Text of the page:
"All forms of madness, bizarre habits, awkwardness in society, general clumsiness, are justified in the person who creates good art."
You have no idea how difficult it was to find an opening quotation for today's post. Pretty much every quotation I could find talked about being weird in a positive sense. In fact, this is what I see in my day to day life, as well. I can't recall a friend I have who refers to him or herself as "normal." Everybody I can think of claims to be weird in some way. Some use words like crazy or insane instead, but they all claim to be unusual. I really hope that I'm not the only one who sees the irony in this. Because weirdness has become such a key aspect in our culture, I think it needs to be discussed and analyzed. So today we'll be looking at weirdness. We'll be asking what it is, and if it's really all it's cracked up to be.
To be weird is to be strange; it is to be abnormal, to be out of the ordinary, to be different, to be unusual. Is this a good thing? Perhaps. But then again, perhaps not. What is weird? Imagine if a middle aged man clothed only in a loincloth and a purple hat crawled through your bedroom window and started licking your feet. That would be weird. Does that describe you? No? How about this one: a woman in a neon-green dress starts singing Paradise by Coldplay at the top of her lungs- backwards, in a library, while dancing on the front desk.
At this point, I can (figuratively) hear any number of protests about my application of the word weird. Some might say, "I'm weird, but not that weird." Others may say, "I'm the good kind of weird." I would content, however, that this is equivalent to not being weird at all. People may mean any number of things by saying that they're weird- except that they're actually weird. Hyper and expressive are common examples of what people really mean. Quiet and introverted are also examples. "Weird," as people actually use it, could mean anything.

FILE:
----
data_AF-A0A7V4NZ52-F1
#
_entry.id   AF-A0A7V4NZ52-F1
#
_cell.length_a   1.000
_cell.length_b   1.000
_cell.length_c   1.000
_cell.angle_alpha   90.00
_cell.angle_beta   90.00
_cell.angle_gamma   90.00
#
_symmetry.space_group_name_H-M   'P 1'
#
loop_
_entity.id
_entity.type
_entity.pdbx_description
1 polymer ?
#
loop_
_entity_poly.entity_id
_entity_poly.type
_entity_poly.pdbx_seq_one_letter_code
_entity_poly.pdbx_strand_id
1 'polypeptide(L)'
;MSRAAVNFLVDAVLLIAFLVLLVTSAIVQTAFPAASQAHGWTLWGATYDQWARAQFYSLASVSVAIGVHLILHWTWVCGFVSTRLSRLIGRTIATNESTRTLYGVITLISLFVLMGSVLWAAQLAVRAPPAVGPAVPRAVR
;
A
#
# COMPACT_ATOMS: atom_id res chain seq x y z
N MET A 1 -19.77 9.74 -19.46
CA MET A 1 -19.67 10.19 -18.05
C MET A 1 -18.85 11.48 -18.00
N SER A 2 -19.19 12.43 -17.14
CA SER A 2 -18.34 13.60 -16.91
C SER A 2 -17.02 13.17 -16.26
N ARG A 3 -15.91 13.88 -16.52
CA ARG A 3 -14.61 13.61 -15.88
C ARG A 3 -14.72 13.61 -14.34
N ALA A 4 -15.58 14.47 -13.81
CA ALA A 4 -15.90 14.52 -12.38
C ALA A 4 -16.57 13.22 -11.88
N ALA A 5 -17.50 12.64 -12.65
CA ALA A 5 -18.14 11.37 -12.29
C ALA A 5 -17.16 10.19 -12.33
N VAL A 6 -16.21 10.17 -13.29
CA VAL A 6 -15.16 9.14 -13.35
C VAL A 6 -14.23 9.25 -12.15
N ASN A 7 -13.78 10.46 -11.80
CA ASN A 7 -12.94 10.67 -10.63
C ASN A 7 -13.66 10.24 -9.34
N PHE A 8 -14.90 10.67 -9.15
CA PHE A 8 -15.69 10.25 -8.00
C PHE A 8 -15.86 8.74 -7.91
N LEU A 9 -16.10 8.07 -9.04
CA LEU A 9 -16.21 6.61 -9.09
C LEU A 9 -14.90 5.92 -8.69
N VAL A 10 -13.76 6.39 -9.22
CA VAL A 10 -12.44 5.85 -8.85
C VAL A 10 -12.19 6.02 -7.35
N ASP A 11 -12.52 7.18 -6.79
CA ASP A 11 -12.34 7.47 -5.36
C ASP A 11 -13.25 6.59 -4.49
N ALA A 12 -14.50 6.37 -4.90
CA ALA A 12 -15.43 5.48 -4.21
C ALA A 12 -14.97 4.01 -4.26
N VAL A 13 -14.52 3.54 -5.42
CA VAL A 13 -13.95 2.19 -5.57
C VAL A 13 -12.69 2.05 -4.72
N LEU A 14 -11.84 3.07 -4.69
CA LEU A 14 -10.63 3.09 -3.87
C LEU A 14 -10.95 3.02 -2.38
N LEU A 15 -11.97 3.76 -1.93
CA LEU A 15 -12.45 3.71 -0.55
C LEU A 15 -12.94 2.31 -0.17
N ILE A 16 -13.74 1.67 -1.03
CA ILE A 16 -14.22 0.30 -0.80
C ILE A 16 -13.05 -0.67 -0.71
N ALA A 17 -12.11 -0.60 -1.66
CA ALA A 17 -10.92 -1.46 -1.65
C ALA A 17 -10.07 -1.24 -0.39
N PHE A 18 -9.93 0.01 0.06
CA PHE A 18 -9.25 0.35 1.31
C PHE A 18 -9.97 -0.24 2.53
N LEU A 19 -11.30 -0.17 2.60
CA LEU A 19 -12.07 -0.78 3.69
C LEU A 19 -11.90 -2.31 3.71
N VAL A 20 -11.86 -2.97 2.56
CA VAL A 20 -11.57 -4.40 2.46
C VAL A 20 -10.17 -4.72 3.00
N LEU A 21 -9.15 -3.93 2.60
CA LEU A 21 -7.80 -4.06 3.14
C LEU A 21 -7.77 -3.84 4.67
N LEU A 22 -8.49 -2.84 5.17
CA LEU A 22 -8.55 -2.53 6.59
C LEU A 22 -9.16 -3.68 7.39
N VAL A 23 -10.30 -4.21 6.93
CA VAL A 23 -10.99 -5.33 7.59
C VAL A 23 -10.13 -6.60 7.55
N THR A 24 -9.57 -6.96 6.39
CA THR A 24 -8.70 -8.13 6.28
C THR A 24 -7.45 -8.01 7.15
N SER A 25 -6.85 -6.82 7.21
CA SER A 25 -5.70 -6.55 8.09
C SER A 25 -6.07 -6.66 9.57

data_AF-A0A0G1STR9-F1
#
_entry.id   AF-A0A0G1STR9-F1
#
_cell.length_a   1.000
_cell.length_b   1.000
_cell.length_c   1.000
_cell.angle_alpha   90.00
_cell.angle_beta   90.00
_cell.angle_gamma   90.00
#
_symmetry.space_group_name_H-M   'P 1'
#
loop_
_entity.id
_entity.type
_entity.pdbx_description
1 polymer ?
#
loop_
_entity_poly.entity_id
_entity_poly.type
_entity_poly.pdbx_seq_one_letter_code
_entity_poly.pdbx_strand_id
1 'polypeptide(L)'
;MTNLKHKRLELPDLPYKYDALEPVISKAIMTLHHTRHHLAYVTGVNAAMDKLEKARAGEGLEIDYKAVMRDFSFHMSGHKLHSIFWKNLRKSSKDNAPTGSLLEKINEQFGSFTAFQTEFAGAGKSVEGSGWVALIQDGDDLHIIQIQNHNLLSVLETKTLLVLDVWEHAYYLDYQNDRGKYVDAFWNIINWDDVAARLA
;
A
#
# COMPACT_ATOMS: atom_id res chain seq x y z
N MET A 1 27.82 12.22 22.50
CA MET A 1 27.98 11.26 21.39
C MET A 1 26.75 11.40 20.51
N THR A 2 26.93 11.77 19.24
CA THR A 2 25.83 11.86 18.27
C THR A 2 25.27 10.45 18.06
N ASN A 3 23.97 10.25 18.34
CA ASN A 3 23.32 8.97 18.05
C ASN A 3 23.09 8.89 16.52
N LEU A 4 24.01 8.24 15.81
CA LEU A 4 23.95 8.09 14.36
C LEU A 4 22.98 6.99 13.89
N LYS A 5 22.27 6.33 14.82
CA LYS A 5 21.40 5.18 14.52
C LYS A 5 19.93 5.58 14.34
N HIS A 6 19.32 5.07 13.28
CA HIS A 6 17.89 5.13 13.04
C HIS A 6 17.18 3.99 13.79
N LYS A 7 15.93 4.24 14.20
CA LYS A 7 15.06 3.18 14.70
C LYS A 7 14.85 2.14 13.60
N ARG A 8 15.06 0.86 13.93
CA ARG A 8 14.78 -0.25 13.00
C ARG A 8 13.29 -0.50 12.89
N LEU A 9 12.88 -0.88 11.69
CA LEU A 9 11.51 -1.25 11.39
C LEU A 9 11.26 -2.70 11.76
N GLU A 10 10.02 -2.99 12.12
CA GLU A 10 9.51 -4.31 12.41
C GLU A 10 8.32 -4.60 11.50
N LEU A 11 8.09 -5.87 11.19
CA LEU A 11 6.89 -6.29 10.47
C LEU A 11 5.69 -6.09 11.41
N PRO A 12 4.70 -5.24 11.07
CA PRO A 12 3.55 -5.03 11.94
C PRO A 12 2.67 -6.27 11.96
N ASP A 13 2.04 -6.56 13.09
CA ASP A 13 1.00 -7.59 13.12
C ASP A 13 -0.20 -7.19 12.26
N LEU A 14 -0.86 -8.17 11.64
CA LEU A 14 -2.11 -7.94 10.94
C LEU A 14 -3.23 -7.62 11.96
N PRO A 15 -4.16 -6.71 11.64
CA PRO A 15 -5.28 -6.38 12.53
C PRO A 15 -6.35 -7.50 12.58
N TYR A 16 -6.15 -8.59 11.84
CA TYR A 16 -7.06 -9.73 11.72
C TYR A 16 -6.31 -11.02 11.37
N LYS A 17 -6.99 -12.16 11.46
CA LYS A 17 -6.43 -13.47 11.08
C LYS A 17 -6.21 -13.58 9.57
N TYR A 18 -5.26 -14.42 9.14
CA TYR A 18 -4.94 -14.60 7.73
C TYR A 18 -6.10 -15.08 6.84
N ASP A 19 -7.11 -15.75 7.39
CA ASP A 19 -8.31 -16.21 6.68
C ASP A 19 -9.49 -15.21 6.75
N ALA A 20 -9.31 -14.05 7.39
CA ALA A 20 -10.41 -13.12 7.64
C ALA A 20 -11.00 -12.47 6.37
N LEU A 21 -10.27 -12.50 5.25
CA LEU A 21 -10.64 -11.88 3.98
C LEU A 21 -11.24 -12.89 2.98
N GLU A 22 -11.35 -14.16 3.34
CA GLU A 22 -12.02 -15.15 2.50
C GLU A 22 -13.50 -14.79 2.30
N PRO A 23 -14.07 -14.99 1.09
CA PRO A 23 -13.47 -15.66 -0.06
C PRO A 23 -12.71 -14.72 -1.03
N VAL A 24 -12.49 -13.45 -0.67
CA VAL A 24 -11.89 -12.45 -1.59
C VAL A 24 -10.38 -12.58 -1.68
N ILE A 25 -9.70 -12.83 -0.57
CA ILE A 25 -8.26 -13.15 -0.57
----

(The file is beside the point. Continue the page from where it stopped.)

Of course, people are unique. People are different from eachother. People have different strengths and weaknesses and personalities and likes and dislikes. But what about weird?
To be weird is to be outside of the societal norms. While I do believe that there is a good kind of weird and a bad kind of weird, both would look at first to be the bad kind of weird, because they're both outside of the standards of society. If it looks like the good kind of weird, odds are that it's not actually weird. The bad kind is the type that's directly intrusive, like singing at the top of your lungs in a library. The good kind goes against assumptions and societal implications. I.e., the bad kind goes against society because it goes against people; the good kind goes against people because it goes against society.
I believe that I am mildly weird in a number of ways. In some ways, I try to hide it. There are areas of society that I don't understand. There are things I have said or done that have seriously offended people (even so-called "weird" people) because I didn't answer in the way that society wanted me to. In these areas, I attempt to cover my ignorance. I can, sometimes, act like a functioning member of society by hiding my weirdness. However, there are other areas where I attempt to expand my weirdness. These are areas where I believe society is wrong, and where I am weird because I am specifically and intentionally attacking that area. Because I don't hide these areas, they are more obvious, and people are more often offended by this. I wish I were strong enough to make these areas more pronounced.
When people say that they're weird, they don't really mean that they're weird, as weird tends to be offensive on some level, for one reason or another. What they're trying to do is differentiate themselves from others and make themselves stand out. Of course, when everybody takes a step, everybody is being exactly the same. In the end, the reason for being weird isn't to advertise it, but to fight for the truth.
"Abnormal is so common, it's practically normal."